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LZ algorithm improvements

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I'm currently writing a classic Lempel-Ziv packer for an embedded application, one where decompression speed and simplicity as well as compression rates are far more important than compression time. Basically it's your standard sliding window dictionary coder, with a variable length encoding of match/literal sequence lengths and offsets, and I'm looking to squeeze some bytes out of it without complicating the decompressor. Also while I wouldn't say that compression time is entirely irrelevant I'd still be perfectly happy with packing a 64k file being an overnight batch job on a modern computer. Anyway the few implementations I've seen and read about so far have either been greedy algorithms, just continually trying to match as long a sequences as possible with an escape route for literals, or fast hashing schemes where only the last or last few matches are even considered. However this is suboptimal since it's entirely possible that applying a shorter match right now might open up for longer (or nearer) matches ahead, similarly deciding whether or not it's worth interrupting a literal sequence also needs some lookahead. I must admit that I really haven't read up on the subject, I'm just hoping that someone around here can suggest some reasonable methods which aren't too hard to implement so I don't have to dig through the scary-looking research papers which turned up on Google.. ;)

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Which one are you writing? LZ77, LZ78, LZW, LZMA, LZRW1KH ...?
I've written LZW with bit-phased packing which reduces the size of the codewords in the file by up to 1 bit each time over normal LZW. You can also add two strings to the dictionary upon each match instead of just 1, which increases compression a little, or so I've read.

Are you wanting to modify what you've got or are you happy to try something else premade that fits your criteria?

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Original post by iMalc
Which one are you writing? LZ77, LZ78, LZW, LZMA, LZRW1KH ...?
I've written LZW with bit-phased packing which reduces the size of the codewords in the file by up to 1 bit each time over normal LZW. You can also add two strings to the dictionary upon each match instead of just 1, which increases compression a little, or so I've read.
I don't really think I can afford the RAM to store a separate dictionary so I'm going for a LZ77 sliding-window scheme instead. No fancy statistical analysis or prediction, just plain old Lempel-Ziv.
That is it emits a sequence of references to earlier data in the window (consisting of a length and an offset), and runs of literal bytes (with only the length). Currently I'm differentiating between the two classes with a bit flag and writing the lengths and offsets through elias gamma coding. However I intend to experiment with other similar bit-packing schemes, and I'd certainly be happy to hear any ideas for alternatives.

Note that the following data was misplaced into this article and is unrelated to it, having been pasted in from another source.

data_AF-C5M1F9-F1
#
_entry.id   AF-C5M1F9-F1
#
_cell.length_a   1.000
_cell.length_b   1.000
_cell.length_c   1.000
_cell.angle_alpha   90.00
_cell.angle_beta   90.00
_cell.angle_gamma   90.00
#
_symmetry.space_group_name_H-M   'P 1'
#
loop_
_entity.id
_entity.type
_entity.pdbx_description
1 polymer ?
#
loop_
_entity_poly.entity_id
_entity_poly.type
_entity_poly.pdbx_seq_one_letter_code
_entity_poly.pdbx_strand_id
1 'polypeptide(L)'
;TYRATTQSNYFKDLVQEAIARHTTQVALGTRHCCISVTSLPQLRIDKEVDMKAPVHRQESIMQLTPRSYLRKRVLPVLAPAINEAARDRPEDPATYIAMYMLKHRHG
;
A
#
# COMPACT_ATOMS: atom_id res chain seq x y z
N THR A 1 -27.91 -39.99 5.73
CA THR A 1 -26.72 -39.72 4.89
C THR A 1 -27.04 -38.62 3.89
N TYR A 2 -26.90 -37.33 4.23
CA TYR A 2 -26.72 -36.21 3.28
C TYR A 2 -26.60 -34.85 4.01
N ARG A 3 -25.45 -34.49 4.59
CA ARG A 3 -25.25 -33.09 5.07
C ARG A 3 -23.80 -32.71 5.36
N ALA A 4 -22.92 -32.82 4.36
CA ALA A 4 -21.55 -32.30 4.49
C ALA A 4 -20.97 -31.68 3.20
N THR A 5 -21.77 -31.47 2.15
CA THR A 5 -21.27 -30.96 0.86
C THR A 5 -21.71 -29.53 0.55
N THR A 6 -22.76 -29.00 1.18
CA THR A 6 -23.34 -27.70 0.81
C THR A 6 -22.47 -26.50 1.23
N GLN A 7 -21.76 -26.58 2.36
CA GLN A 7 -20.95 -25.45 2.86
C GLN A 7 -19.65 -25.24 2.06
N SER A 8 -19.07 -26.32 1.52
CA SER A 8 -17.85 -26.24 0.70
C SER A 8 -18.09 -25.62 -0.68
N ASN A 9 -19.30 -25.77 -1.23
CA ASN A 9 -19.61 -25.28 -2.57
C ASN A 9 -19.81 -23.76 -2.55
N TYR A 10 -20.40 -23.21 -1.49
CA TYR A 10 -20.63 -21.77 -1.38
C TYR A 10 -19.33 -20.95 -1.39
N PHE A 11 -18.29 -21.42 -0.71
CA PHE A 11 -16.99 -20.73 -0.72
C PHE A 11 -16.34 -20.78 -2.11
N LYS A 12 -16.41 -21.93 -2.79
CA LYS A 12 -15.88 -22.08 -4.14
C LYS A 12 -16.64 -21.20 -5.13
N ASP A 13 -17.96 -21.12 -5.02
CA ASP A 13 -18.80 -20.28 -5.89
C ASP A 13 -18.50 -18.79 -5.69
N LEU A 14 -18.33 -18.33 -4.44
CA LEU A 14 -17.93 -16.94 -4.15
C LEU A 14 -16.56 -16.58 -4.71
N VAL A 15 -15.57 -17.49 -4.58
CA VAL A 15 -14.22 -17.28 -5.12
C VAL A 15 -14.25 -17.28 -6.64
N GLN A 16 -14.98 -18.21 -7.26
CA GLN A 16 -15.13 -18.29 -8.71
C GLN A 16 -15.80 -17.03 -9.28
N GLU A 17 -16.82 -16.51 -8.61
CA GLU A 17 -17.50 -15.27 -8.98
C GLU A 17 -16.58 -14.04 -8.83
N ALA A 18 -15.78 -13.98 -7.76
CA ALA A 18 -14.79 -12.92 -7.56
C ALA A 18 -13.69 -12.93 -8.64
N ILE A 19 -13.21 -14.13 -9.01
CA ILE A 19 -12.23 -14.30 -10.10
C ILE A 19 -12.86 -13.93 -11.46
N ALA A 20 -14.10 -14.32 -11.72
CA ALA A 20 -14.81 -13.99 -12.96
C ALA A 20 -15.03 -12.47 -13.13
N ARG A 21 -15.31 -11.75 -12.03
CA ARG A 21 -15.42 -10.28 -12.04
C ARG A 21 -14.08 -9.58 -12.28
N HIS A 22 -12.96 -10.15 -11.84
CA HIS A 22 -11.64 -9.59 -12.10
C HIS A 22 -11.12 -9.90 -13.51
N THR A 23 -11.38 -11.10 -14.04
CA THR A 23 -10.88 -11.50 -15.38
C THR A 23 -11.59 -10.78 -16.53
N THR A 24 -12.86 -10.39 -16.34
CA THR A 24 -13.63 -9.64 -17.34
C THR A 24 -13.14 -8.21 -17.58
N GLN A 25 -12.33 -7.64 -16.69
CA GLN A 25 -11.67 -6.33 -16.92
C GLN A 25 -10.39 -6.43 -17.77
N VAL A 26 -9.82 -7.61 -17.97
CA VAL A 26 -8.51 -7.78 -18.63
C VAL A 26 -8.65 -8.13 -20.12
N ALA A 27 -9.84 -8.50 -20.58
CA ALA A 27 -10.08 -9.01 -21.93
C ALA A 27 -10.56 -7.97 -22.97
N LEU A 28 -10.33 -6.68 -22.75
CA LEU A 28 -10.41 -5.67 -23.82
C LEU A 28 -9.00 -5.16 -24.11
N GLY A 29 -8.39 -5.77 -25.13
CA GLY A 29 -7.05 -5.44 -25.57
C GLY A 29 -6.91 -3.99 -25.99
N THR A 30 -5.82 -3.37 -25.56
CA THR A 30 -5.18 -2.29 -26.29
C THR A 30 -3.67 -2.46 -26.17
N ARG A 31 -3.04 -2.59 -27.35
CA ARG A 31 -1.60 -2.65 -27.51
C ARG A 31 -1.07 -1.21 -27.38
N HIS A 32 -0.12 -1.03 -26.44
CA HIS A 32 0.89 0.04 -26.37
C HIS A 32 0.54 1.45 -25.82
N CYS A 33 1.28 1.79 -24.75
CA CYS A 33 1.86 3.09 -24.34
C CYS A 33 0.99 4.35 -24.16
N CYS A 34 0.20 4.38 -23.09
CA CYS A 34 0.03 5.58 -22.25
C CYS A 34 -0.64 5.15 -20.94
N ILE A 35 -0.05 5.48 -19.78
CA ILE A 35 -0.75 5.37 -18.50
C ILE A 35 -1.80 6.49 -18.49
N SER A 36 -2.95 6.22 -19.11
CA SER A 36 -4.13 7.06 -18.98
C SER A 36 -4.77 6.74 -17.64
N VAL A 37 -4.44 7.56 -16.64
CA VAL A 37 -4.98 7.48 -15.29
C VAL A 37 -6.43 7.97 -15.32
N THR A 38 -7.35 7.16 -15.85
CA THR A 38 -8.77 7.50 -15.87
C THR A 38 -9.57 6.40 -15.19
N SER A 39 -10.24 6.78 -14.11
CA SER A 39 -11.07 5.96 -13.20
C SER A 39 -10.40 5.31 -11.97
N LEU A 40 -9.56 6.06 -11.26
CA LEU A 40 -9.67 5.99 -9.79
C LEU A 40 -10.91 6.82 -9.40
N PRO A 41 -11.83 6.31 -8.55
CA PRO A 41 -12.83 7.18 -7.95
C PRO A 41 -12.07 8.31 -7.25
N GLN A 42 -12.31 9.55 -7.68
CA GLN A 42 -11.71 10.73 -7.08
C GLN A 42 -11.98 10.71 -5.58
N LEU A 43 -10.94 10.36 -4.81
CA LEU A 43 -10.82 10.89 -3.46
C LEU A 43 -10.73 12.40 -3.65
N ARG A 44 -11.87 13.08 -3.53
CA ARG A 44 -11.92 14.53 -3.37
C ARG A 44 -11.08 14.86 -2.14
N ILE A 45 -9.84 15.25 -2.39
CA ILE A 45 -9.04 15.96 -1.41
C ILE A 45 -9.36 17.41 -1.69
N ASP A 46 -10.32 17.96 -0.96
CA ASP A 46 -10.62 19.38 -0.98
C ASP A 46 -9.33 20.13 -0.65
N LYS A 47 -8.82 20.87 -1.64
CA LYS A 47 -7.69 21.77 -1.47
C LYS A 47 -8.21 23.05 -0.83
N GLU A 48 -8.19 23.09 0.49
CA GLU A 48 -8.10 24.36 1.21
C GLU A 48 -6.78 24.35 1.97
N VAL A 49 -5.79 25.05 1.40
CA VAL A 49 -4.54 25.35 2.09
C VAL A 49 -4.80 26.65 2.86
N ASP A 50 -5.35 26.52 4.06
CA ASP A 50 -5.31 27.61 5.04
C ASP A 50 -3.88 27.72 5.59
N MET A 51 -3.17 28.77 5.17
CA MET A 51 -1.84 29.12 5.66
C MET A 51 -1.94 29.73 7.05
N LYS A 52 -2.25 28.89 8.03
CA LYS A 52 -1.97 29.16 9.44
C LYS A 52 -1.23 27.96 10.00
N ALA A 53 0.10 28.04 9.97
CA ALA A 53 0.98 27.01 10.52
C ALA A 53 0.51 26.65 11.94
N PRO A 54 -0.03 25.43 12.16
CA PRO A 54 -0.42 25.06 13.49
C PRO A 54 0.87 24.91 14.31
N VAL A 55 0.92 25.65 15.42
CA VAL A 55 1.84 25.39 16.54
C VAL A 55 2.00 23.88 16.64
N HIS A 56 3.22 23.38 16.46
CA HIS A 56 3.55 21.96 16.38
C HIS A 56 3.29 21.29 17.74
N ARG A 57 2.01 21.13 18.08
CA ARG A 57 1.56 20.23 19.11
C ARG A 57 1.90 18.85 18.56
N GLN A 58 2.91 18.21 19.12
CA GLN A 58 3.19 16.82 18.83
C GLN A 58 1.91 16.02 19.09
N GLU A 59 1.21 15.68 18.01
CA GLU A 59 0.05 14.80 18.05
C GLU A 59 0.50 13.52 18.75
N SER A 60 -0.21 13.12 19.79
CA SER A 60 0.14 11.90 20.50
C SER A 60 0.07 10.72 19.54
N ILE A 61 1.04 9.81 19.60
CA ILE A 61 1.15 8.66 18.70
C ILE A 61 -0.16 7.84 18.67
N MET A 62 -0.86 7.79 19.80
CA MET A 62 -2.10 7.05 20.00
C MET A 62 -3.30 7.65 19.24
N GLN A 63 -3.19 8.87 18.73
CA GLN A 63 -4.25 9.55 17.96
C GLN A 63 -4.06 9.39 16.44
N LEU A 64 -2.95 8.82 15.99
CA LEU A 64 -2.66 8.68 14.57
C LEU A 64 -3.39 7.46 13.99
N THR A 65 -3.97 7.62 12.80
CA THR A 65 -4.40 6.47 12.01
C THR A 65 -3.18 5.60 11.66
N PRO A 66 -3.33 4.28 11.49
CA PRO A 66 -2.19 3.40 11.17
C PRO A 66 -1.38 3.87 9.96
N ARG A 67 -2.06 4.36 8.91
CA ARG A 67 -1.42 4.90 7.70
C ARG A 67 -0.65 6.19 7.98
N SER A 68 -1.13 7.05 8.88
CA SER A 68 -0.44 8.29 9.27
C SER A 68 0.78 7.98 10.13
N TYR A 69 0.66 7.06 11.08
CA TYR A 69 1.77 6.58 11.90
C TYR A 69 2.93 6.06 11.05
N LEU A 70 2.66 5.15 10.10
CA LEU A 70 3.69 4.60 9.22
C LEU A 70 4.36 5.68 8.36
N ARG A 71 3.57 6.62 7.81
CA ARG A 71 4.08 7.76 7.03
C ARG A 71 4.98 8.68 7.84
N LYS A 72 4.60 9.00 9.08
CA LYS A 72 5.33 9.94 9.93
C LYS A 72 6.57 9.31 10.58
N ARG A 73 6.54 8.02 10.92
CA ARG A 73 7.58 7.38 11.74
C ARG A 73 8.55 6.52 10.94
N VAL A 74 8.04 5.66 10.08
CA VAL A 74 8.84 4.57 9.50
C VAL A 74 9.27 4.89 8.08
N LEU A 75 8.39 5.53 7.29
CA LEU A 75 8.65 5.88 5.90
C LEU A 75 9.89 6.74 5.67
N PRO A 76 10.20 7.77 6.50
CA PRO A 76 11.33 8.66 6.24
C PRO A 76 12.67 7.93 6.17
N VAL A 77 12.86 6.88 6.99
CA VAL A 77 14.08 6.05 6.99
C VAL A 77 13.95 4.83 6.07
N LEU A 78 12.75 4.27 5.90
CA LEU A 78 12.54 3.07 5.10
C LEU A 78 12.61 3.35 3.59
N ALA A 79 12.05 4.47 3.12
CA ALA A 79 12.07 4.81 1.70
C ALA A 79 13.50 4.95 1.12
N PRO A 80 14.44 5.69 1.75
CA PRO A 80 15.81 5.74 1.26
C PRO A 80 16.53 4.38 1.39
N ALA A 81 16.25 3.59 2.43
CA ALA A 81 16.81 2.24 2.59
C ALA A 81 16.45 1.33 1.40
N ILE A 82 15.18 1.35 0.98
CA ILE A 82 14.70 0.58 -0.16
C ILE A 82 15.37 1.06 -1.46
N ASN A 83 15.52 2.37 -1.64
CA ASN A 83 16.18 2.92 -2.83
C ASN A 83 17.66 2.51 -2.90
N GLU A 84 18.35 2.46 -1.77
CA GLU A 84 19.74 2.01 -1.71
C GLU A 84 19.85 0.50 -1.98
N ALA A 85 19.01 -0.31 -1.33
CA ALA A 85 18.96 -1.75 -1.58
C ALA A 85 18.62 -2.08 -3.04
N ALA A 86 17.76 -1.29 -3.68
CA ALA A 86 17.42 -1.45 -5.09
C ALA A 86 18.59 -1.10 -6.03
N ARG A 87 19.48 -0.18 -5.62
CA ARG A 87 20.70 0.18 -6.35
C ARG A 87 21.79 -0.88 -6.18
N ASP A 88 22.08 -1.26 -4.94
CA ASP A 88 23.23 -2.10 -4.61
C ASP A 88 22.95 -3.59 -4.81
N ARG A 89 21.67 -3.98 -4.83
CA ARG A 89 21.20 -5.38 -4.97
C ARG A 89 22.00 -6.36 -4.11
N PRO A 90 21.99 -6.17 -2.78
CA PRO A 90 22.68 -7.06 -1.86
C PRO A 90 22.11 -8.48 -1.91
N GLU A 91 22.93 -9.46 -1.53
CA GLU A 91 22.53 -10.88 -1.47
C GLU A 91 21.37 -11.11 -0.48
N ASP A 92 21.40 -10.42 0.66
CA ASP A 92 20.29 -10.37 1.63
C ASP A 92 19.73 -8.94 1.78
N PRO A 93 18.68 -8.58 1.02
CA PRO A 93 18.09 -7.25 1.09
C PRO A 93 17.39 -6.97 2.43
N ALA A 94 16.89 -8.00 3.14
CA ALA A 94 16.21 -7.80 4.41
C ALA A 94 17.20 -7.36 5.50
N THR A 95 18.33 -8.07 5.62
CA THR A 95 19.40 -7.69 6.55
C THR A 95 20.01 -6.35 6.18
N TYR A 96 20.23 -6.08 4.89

The details aren't that important, the point is that deciding just what references to use for best compression is non-trivial for any sliding-window algorithm. So I'm looking for some reasonable heuristic that's better than the old greedy algorithm, which just scans through the file from start to finish and selects the longest possible match at each point. At least I'm assuming that there must be something better out there but I can't think of anything intelligent myself besides brute-force and randomization schemes.

I'd be happy with a library too for that matter but I've got to take some special considerations into account, like not allowing matches spanning the window "edge", for performance reasons. The decoder has to run on a quirky 8-bit platform, fit within two or three hundred bytes, and decode at least one byte per hundred cycles from my dataset, so there's little chance of just plugging in a finished C implementation and hoping it'll work.

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Elias gamma coding was an interesting read thanks. I have toyed with the idea before of using a unary number to dictate the length of arbitrarily long binary data and now have a name to the idea.
In your case it's effectiveness depends on how big your sliding window is. You don't actually need to allow for completely arbitrary length and offset values, just offsets that can go as far back as your sliding window.

If you have maybe 8K of RAM to spare for a match table then LZRW1KH could work well for you. It's very fast.

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Currently I'm differentiating between the two classes with a bit flag and writing the lengths and offsets through elias gamma coding. However I intend to experiment with other similar bit-packing schemes, and I'd certainly be happy to hear any ideas for alternatives.

Exp-Golomb codes might afford a slight improvement because they allow a minimum length that need not be included in the base1 string.
The premise of these and similar universal codes is that the input distribution has such a long tail that basically infinite numbers need to be representable. In the few cases this has come up, I've seen better results from a fixed-length quantized length field (indexes into a LUT) followed by a variable amount of payload bits.